Choosing the right CMS for your website
As a client of a communication firm or marketing agency, why does it matter what content management system (CMS) is used to build your site? More importantly, should you even care? These are difficult questions, but that’s why we’re here to help you answer them.
The Right Partner
If you don’t read any further, pay attention to this … the right development partner that understands your objectives and has the expertise and desire to help you attain them is worth more than any CMS. No matter the framework or system, there are plenty of companies that want your business, but will miss key elements of the equation. The discussion about a CMS is wasted if your partner isn’t up to the task, so always keep these questions in mind:
- What does their previous work look like?
- Do they have full-time developers on staff?
- Are the example sites they provide easy to use and do they work well on all modern browsers, including mobile phones and tablets?
- Are their sites visually unique, or do they look the same? (similar designs may mean they’re using pre-built templates and could be an indication of the level of expertise)
Even without an abundance of technical knowledge, you should be able to see the evidence of exceptional talent and the mistakes of laziness or inexperience.
The Right CMS Choice
Of the three main open-source content management systems (Drupal, WordPress and Joomla), each has a devoted following who argue the finer points among them. There are clear strengths and weaknesses of each, but as an agency client, you don’t need to know those differences as much as you need to have confidence that your partner is proficient in their CMS of choice. As Drupal developers, we know we can overcome any weakness of the CMS due to a decade of combined Drupal experience on our team. And I’m sure experienced WordPress and Joomla developers would say the same.
What should make you most concerned is if a small to medium-sized agency or web shop claims to have expertise in more than one or two CMSs. It’s unlikely and could be a huge hint that they’re outsourcing their development or have a lack of focus. Individuals and teams typically specialize, so generalization is a red flag for inexperience. At Texas Creative, we specialize in Drupal, but have secondary expertise in WordPress. To break it down, we build new sites in Drupal, but occasionally take over management of already built WordPress sites from clients who come on board with existing web properties.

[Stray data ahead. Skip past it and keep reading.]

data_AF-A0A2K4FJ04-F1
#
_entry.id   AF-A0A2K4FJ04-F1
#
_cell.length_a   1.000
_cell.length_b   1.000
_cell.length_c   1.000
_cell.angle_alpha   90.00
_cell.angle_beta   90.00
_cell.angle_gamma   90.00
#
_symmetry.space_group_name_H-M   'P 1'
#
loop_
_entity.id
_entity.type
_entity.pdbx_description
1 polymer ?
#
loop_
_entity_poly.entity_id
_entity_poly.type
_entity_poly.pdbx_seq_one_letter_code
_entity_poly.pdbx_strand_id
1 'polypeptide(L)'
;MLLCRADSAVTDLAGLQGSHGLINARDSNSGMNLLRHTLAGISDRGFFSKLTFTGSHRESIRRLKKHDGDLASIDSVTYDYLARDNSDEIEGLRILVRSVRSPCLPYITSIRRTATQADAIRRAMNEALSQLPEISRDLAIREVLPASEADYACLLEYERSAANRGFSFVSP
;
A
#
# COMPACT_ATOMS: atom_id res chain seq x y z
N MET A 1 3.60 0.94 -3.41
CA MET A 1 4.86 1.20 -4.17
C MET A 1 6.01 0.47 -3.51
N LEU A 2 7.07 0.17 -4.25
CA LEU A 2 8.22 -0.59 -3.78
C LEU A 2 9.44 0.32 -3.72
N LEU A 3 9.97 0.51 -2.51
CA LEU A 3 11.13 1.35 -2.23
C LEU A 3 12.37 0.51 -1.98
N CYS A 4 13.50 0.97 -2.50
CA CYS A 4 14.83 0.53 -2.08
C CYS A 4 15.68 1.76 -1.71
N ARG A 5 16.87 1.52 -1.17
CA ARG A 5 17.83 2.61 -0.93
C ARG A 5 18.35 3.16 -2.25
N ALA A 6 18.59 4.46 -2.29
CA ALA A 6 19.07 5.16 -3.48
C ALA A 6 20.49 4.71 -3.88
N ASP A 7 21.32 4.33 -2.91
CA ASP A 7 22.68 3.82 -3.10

Drupal’s Strengths and Weaknesses
Drupal’s primary strength is in its interconnected content model. For example, a project that has multiple types of content that need to reference each other throughout the site would be perfectly suited for Drupal’s architecture over WordPress or Joomla. Which means that, an engineering firm looking to display projects, based on markets and product lines, that dynamically reference information from the profiles of firm partners who worked on the specific project would be able to accomplish and maintain that system easily in Drupal.
The biggest weakness we find with Drupal is that it takes a minimum level of experience to execute the most basic site. This means Drupal isn’t economical for building the smallest of sites unless you’re going to do it yourself. But the reality is that a small four-page, brochure-style site rarely changes content enough to need the features of a full CMS.
Other CMS Choices
I would be remiss if I didn’t at least mention the “other” CMSs. Outside of the “big three” open-source content management systems (Drupal, Wordpress and Joomla), there are three other categories:
- Proprietary Commercial CMS — The opposite of open source, proprietary software is usually produced by one company and requires the support of that company. It’s usually accompanied by ongoing licensing fees. The obvious downside here is the cost of licensing even before one minute of development is performed. In addition, the closed-source methodology has historically been slower to respond to or even acknowledge security vulnerabilities; however, more recently, competition from open-source CMSs began to change this failure.
- Smaller Open-source CMS — There are dozens of well-built content management systems available. The main reason to steer clear of many of these smaller players is simply the ease of changing your development partner. A complex site needs another experienced (name your CMS) developer which may be hard to find. Alternatively, the site can be re-built on your new partner’s preferred CMS, but obviously at an extra cost.
- “We built our own” CMS — This approach has the same pitfall of a small open-source CMS, but at least with the small open-source CMS there will be some community checks, balances and support. If the agency you’re considering built its own CMS, odds are that only a handful of developers have seen the code. It may be riddled with security holes and poor programming practices and no one would know until it blows up. Security through obscurity is like a middle schooler trying to not to be exceptional so the class bully won’t notice him.
In the end, the choice between web development partners and content management systems is a business decision. So when you begin interviewing development partners and they start the conversation by outlining the benefits of the CMS, think twice. The business goals of your website are more important than the technical specifications of the software, which should be reflected in your initial conversation. When the conversation does inevitably turn to the CMS, remember that the abilities of your development partner in their preferred CMS are critical to the success or failure of your project.
If you’re considering hiring Texas Creative to build your next website, look at our portfolio of work, read about our Drupal expertise and then let’s talk about how we can help you accomplish your goals.